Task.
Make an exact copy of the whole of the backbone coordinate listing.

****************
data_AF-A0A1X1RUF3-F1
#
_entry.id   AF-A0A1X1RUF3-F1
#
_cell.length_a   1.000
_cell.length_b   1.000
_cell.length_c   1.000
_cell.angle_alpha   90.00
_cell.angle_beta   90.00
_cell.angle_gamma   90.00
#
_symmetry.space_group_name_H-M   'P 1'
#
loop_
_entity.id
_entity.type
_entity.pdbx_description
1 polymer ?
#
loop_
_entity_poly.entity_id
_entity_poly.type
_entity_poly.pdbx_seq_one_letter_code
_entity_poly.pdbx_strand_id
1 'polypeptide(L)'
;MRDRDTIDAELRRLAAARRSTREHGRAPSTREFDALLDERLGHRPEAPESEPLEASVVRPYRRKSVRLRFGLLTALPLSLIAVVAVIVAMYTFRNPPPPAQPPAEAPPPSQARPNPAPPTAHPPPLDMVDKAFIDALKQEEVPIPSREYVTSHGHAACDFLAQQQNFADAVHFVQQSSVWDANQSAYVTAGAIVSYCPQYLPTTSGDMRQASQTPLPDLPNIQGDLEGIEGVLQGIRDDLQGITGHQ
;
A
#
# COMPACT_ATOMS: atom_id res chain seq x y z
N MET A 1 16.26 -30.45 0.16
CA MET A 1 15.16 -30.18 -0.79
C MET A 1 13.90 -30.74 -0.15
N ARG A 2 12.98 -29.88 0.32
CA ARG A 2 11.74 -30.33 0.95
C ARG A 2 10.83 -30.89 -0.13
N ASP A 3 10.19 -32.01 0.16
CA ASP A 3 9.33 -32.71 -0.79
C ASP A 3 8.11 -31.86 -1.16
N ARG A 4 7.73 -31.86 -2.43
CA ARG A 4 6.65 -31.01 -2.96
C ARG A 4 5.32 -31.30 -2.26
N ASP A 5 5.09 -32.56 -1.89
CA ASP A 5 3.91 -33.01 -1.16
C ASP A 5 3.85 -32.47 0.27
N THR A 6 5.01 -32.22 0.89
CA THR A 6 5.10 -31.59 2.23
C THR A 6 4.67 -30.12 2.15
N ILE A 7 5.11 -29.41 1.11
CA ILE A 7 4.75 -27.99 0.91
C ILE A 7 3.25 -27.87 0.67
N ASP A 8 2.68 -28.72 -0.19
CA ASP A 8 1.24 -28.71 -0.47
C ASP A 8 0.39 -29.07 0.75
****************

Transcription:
data_AF-A0A1X1RUF3-F1
#
_entry.id   AF-A0A1X1RUF3-F1
#
_cell.length_a   1.000
_cell.length_b   1.000
_cell.length_c   1.000
_cell.angle_alpha   90.00
_cell.angle_beta   90.00
_cell.angle_gamma   90.00
#
_symmetry.space_group_name_H-M   'P 1'
#
loop_
_entity.id
_entity.type
_entity.pdbx_description
1 polymer ?
#
loop_
_entity_poly.entity_id
_entity_poly.type
_entity_poly.pdbx_seq_one_letter_code
_entity_poly.pdbx_strand_id
1 'polypeptide(L)'
;MRDRDTIDAELRRLAAARRSTREHGRAPSTREFDALLDERLGHRPEAPESEPLEASVVRPYRRKSVRLRFGLLTALPLSLIAVVAVIVAMYTFRNPPPPAQPPAEAPPPSQARPNPAPPTAHPPPLDMVDKAFIDALKQEEVPIPSREYVTSHGHAACDFLAQQQNFADAVHFVQQSSVWDANQSAYVTAGAIVSYCPQYLPTTSGDMRQASQTPLPDLPNIQGDLEGIEGVLQGIRDDLQGITGHQ
;
A
#
# COMPACT_ATOMS: atom_id res chain seq x y z
N MET A 1 16.26 -30.45 0.16
CA MET A 1 15.16 -30.18 -0.79
C MET A 1 13.90 -30.74 -0.15
N ARG A 2 12.98 -29.88 0.32
CA ARG A 2 11.74 -30.33 0.95
C ARG A 2 10.83 -30.89 -0.13
N ASP A 3 10.19 -32.01 0.16
CA ASP A 3 9.33 -32.71 -0.79
C ASP A 3 8.11 -31.86 -1.16
N ARG A 4 7.73 -31.86 -2.43
CA ARG A 4 6.65 -31.01 -2.96
C ARG A 4 5.32 -31.30 -2.26
N ASP A 5 5.09 -32.56 -1.89
CA ASP A 5 3.91 -33.01 -1.16
C ASP A 5 3.85 -32.47 0.27
N THR A 6 5.01 -32.22 0.89
CA THR A 6 5.10 -31.59 2.23
C THR A 6 4.67 -30.12 2.15
N ILE A 7 5.11 -29.41 1.11
CA ILE A 7 4.75 -27.99 0.91
C ILE A 7 3.25 -27.87 0.67
N ASP A 8 2.68 -28.72 -0.19
CA ASP A 8 1.24 -28.71 -0.47
C ASP A 8 0.39 -29.07 0.75